My mum’s phở bò



VIETNAMESE RECIPES | Almost two years ago a colleague gave me the idea of starting a food blog. Curious and whimsical, I went on with the idea, but I never thought I would enjoy it so much. Neither did I think that it would be so challenging. It isn’t just about writing and explaining recipes step by step. You have to constantly interrupt your cooking in order to take photos. Then, those photos need to be classified and edited before being published. But learning all this was so much worth it! A whole new world was opening before my eyes! Just google “food design”, “food photography” or “food art” and you will see that our planet is in a total food frenzy! I spoke to many of you who asked me to create an English version of my blog … and I listened because I was so touched by your interest.

Today, here I am, translating the first recipe I published almost two years ago from French to English: my mum’s phở bò. So what is it actually? Well, I would describe it as a bowl of beef broth filled with rice noodles, slices of beef filet, and fresh aromatic herbs. It is everywhere to be found in the streets of Saigon and every Vietnamese mum knows how to make it. It is a little bit like salsa bolognese: there are as many versions as there are mums and everyone pretends his mum makes the best phở bò in the world!

Serves 5

For the broth

  • 500 gr of meaty beef soup bones (the more bones the better; you can even add some marrow bones)
  • 1 carrot
  • 1 turnip
  • 1 onion
  • some ginger
  • 1 small handful of star anises
  • nước mắm (fish sauce)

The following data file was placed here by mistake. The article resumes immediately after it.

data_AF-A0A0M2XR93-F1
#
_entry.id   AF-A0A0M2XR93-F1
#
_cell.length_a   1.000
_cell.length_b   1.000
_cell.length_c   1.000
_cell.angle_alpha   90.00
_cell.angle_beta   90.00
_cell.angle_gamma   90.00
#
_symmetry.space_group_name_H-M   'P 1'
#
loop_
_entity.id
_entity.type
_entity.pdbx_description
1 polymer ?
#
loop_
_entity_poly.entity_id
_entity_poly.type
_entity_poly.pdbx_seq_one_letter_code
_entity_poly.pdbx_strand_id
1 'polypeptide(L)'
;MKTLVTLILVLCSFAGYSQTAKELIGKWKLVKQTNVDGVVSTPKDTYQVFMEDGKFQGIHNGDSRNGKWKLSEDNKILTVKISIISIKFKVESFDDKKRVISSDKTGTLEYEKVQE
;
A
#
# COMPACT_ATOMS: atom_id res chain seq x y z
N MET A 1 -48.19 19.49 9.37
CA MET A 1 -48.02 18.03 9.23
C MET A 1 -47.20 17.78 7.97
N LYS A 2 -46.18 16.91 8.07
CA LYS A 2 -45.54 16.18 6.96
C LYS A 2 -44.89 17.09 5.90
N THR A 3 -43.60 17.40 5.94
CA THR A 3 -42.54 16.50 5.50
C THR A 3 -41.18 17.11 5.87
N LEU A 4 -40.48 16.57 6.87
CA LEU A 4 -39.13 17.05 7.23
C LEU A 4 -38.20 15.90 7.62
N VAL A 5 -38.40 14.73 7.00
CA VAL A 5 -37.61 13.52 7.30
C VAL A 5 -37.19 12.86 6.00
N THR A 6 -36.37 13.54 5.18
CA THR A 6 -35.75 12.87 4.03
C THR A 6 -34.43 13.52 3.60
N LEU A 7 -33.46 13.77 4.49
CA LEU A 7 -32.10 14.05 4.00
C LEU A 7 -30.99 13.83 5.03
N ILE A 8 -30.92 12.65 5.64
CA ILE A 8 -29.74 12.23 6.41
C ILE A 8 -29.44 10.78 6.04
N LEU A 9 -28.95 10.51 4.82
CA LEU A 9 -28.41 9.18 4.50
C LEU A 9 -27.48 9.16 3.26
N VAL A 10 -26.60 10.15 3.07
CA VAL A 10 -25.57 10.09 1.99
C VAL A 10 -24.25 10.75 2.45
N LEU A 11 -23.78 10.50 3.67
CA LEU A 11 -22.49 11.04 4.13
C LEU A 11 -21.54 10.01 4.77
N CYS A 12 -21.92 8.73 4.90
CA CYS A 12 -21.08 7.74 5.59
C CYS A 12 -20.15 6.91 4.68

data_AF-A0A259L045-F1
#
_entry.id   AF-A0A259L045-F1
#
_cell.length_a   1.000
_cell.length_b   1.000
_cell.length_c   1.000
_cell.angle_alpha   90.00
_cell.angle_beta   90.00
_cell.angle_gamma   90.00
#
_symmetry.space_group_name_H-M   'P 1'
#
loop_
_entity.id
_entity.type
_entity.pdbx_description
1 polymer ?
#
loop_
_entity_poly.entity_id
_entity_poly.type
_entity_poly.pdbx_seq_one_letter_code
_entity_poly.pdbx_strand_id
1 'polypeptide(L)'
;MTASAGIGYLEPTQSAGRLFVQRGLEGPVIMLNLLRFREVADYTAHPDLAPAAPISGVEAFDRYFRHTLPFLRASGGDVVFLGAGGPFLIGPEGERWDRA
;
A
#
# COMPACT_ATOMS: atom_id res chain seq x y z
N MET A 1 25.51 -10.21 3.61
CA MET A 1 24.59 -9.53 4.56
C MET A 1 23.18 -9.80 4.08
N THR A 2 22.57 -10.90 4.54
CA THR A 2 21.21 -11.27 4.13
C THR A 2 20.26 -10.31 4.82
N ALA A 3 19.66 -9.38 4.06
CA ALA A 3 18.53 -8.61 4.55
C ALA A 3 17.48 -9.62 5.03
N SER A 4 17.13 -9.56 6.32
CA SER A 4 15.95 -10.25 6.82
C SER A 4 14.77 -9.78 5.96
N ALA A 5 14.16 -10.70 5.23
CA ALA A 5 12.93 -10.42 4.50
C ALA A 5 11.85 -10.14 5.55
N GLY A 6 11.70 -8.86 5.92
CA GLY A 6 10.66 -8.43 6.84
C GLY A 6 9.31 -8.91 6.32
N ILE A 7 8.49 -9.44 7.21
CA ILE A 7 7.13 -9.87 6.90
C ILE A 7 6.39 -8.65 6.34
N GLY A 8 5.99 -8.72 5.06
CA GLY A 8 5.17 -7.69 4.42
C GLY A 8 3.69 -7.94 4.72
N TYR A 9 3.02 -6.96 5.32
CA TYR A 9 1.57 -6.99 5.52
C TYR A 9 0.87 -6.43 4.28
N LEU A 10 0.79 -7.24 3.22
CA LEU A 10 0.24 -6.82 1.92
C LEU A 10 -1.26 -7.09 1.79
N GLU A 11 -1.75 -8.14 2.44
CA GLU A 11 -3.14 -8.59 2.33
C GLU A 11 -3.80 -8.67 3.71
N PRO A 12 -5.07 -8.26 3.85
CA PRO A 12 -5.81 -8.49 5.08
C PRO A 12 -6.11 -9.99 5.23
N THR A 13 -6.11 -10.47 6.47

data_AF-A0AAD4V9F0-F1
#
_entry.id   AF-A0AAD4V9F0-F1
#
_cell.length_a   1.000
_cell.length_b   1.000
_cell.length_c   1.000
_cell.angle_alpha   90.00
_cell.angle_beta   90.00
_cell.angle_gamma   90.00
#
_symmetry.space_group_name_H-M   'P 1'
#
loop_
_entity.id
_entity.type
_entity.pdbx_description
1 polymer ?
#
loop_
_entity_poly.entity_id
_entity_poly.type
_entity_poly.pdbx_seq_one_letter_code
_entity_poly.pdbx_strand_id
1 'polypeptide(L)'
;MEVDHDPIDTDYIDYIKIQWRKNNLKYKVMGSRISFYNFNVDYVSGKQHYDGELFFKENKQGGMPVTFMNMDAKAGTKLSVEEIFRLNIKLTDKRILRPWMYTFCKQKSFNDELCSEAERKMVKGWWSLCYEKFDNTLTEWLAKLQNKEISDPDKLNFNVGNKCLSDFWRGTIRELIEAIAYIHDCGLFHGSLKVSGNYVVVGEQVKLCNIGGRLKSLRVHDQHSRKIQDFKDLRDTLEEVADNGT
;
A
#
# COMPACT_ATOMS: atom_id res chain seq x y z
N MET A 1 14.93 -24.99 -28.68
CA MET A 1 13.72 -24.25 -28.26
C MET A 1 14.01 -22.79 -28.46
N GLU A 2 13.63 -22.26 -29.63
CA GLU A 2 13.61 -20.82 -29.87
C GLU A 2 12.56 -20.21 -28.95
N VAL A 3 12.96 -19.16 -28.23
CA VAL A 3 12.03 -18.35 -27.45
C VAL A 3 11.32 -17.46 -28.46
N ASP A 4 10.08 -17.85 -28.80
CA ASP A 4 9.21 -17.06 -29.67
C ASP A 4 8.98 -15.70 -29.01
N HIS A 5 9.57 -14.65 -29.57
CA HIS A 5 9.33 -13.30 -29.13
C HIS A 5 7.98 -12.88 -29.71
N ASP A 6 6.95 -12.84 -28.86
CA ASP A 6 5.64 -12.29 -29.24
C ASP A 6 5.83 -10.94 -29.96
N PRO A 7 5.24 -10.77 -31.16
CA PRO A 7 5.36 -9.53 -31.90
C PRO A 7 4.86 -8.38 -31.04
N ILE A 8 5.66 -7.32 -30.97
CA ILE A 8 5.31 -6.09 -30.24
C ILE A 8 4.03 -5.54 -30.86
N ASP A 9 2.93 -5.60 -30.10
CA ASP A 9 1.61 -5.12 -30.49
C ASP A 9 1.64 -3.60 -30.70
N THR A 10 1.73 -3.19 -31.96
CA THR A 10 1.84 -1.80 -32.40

• salt
  • optional: 1 small handful of cloves
  • optional: 1 or 2 cinnamon sticks
  • optional: fresh coriander roots

For the garnish

  • 1 pack of rice noodles phở style (shaped like tagliatelle)
  • 500 gr of beef filet
  • 1 pack of soybean sprouts
  • 1 bunch of thaï sweet basil
  • 1 bunch of a herb called ngò gai in Vietnamese, and culantro in English
  • 1 bunch of cilantro (if possible, keep the roots and use them for the broth)
  • 1 bunch of spring onions
  • 1 lime
  • hoi sin sauce
  • spicy chilli sauce like e.g. « sriracha »
  • optional: fresh chilli

Put the beef bones on a boil for 5 to 10 minutes to get rid of impurities, rinse them, and put them back in a casserole filled with water. Put on a boil then reduce the heat. While waiting for the water to boil, grill all the spices for the broth, as well as the vegetables (except the coriander roots). Add them to the broth and season with a bit of salt.


Let the broth simmer over low heat for at least 3 hours to let the spices release all their flavour and carefully skim the foam that gets to the surface. When the broth is ready, season it to your taste with salt, nước mắm, and a tiny bit of sugar.

While the broth is simmering, cook the rice noodles for 8 minutes in boiling water with salt and white vinegar, rinse them with cold water first, then with lukewarm water, and divide them into 5 to 6 big bowls. Slice the beef filet very thin and add them in the bowls. Wash and chop the spring onions and the coriander and add some in all bowls. Keep the rest for when serving the bowls. Wash all aromatic herbs and put them in a dish. Cut the lime into quarters.


When the broth is ready, you can also take out the meaty beef bones, cut out the meat around them and garnish the bowls with beef slices. Pour some hot broth into the bowls. Ideally, the beef slices are cut so thin that they cook as the broth is slowly being poured into the bowls.


Now each guest can garnish his bowl with coriander, spring onions and aromatic herbs; squeeze a lime quarter; and season the broth with hoi sin sauce and chilli sauce to his taste!



2 thoughts on “My mum’s phở bò

  1. Pingback: Le phở bò façon maman | d'anis et d'étoiles

  2. Pingback: How does a traditional Vietnamese dinner look like? | d'anis et d'étoiles

Leave a Reply

Fill in your details below or click an icon to log in: Logo

You are commenting using your account. Log Out /  Change )

Google+ photo

You are commenting using your Google+ account. Log Out /  Change )

Twitter picture

You are commenting using your Twitter account. Log Out /  Change )

Facebook photo

You are commenting using your Facebook account. Log Out /  Change )

Connecting to %s